Iris of the Shadows Compressed

Iris of the Shadows – Synopsis

To say that publishers and literary agents are pressed for time is to say that cats have a predilection for sleep. If there was some way, Matrix style, to compress and download the experience of reading a book into their heads, it would revolutionise the industry. Alas, no such plug-in-the-back-of-the-head technology exists just yet, so they are forced to do things the old-fashioned way: Reading the stuff.

Don’t get me wrong, they want books. That’s how they make a living:

No books = no business.

Pretty simple equation. So lots of books = lots of business, right? No, because of another another equation:

Bad books = bad business.

There lies the rub. If every scrap of paper passing their noses passed into the presses unvetted, they’d soon be run out of town. Their job is to not only get books out there, they must choose wisely.

On the flip side are the authors, those poor saps who have spent days, nights, weekends and holidays typing and mulling and poking and deleting and sweating it out, nervously coming to the end of the creation period, wondering if they’ve done enough, if they could poke it a bit more or if there was still some mulling to be done.

So you have your situation mapped out: authors producing books, and agents consuming them, only it’s not your classic producer – consumer scenario, not like, say, and ore mine and a smelter or a wheat farm and a mill. Ore is ore, of different grades, but it can be sampled and tested and graded objectively. Similar to wheat or wool or fish or whatever you like. Books are not the same.

Yes, objective measures can be placed on books to measure word count, grammatical errors, complexity of sentence, and all of that, and they give indicators, but, objectively, what defines a good book? Lots of words? Fewer words? Really long sentences? Adverb overloading? The answer is that it all depends on the audience, the genre, the tone and arc and premise and language and, well, too many things to consider. Sometimes the difference between a good book and a bad one is the mood of the reader.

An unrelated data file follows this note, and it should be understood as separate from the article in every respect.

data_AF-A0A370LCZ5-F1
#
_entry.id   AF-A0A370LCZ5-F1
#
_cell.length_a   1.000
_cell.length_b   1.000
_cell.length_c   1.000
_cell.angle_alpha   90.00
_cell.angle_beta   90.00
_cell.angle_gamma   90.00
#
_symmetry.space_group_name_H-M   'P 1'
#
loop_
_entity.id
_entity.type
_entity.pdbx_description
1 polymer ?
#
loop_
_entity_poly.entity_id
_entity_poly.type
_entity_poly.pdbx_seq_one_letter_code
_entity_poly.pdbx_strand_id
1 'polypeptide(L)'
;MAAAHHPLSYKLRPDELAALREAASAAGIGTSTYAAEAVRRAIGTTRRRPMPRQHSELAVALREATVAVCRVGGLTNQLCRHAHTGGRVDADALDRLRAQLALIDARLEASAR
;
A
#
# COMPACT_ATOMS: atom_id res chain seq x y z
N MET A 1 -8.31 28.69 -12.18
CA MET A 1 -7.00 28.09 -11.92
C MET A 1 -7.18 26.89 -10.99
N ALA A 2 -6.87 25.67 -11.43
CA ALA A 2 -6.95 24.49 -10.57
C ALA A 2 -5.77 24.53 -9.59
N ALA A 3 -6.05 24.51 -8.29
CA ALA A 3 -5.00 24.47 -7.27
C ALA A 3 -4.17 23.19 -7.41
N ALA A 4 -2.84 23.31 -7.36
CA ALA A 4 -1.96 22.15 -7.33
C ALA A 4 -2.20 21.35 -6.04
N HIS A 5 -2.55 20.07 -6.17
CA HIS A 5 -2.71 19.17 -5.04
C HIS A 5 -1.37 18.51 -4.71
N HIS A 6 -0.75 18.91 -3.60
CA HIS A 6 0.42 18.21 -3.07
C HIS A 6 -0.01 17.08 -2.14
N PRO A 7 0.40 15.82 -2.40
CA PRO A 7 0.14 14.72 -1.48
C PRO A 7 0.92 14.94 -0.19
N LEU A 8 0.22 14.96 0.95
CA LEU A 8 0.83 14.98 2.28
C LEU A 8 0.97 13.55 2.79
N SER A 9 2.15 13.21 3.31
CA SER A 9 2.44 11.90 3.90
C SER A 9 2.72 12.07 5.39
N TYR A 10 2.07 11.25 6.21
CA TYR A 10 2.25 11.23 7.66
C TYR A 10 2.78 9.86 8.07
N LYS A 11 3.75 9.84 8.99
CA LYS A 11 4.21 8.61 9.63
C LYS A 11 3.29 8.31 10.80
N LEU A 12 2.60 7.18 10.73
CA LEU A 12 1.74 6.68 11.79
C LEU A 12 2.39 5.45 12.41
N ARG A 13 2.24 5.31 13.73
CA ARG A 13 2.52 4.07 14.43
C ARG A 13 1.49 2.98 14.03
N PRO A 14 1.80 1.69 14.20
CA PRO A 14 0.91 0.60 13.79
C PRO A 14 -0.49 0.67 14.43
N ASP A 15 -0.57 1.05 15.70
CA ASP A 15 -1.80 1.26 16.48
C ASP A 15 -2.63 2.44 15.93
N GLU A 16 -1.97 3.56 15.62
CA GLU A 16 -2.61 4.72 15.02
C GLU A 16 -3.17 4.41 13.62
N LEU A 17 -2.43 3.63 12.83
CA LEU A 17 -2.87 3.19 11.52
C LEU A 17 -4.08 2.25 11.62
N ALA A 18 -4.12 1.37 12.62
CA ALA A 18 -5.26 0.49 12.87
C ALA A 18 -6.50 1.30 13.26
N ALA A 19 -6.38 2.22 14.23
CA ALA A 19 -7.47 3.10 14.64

In short, while the agents might be able to put a manuscript through a black-box and get a score for it, there are subtleties that apply here and not there, that make all the difference. And, of course, not everyone appreciates horror, or military fiction, or space operas, or vampire romances. So what is an agent to do? Read everything that comes under their noses? That’s an impossibility. The smartest thing is to weed out those books that you have a hunch won’t be any good, and take a closer look at those that seem alright.

Enter the synopsis. If you take your book and break it down into a one pager, what does it look like? One page? One page?? Are you serious?

Very. Agents and publishers may ask for a one pager, or even a limited word count. Like a blurb? No, not like a blurb. A blurb is there as a hook, a tease, a taste to get you chomping. The synopsis is, to be (grossly) blunt, the meal digested. Take an entire chapter and turn it into a sentence. Heck, if you can compress two chapters into a sentence, you’ve done alright. At the same time, you still need to keep some emotion in there, something to engage the reader. Sounds wrong, doesn’t it?

It feels awful doing it and, to be honest, I’ve shied away on a lot of occasions. With the first Tedrick Gritswell, I cringed all the way through writing it. The second, I only pulled a face a couple of times. This time around, with Iris of the Shadows, I deliberately stopped myself from biting my lip, rolling my eyes, squeezing my eyelid shut or pouting. I muscled through it.

The first iteration, I managed to make a two page synopsis. This was not enough for any decent submission, which is a little unfair, really, considering the book is sitting at +215k words. Still, in the interest of brevity, I went back over it again, slicing away anything even remotely trivial, removing adjectives and combing sentences. In the end, I got that puppy down to just under a page.

My advice? Be ruthless. Cut everything down to the bone. Leave nothing attached. Then, when it’s barely more than a bunch of words telling ‘what happened’, go back and sprinkle a little life onto the carcass, up to the point where you haven’t exceeded your quota. The end result is ugly, but it’s a necessary ugly.

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